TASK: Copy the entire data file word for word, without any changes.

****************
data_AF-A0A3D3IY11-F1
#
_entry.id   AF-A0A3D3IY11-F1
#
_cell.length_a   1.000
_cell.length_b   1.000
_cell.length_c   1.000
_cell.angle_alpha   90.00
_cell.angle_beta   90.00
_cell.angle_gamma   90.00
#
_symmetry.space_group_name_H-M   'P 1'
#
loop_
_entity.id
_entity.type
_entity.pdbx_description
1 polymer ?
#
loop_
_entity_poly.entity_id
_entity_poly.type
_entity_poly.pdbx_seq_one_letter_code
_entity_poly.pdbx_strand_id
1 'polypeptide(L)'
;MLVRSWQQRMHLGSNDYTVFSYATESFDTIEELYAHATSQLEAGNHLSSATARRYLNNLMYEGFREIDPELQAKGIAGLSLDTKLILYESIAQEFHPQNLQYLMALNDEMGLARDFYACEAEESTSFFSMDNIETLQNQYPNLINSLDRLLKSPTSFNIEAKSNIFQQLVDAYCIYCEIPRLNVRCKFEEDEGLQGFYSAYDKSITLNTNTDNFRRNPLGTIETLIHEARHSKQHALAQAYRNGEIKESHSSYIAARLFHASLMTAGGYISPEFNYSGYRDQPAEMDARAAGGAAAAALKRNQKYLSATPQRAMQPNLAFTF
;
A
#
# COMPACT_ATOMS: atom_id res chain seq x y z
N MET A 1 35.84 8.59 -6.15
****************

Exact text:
data_AF-A0A3D3IY11-F1
#
_entry.id   AF-A0A3D3IY11-F1
#
_cell.length_a   1.000
_cell.length_b   1.000
_cell.length_c   1.000
_cell.angle_alpha   90.00
_cell.angle_beta   90.00
_cell.angle_gamma   90.00
#
_symmetry.space_group_name_H-M   'P 1'
#
loop_
_entity.id
_entity.type
_entity.pdbx_description
1 polymer ?
#
loop_
_entity_poly.entity_id
_entity_poly.type
_entity_poly.pdbx_seq_one_letter_code
_entity_poly.pdbx_strand_id
1 'polypeptide(L)'
;MLVRSWQQRMHLGSNDYTVFSYATESFDTIEELYAHATSQLEAGNHLSSATARRYLNNLMYEGFREIDPELQAKGIAGLSLDTKLILYESIAQEFHPQNLQYLMALNDEMGLARDFYACEAEESTSFFSMDNIETLQNQYPNLINSLDRLLKSPTSFNIEAKSNIFQQLVDAYCIYCEIPRLNVRCKFEEDEGLQGFYSAYDKSITLNTNTDNFRRNPLGTIETLIHEARHSKQHALAQAYRNGEIKESHSSYIAARLFHASLMTAGGYISPEFNYSGYRDQPAEMDARAAGGAAAAALKRNQKYLSATPQRAMQPNLAFTF
;
A
#
# COMPACT_ATOMS: atom_id res chain seq x y z
N MET A 1 35.84 8.59 -6.15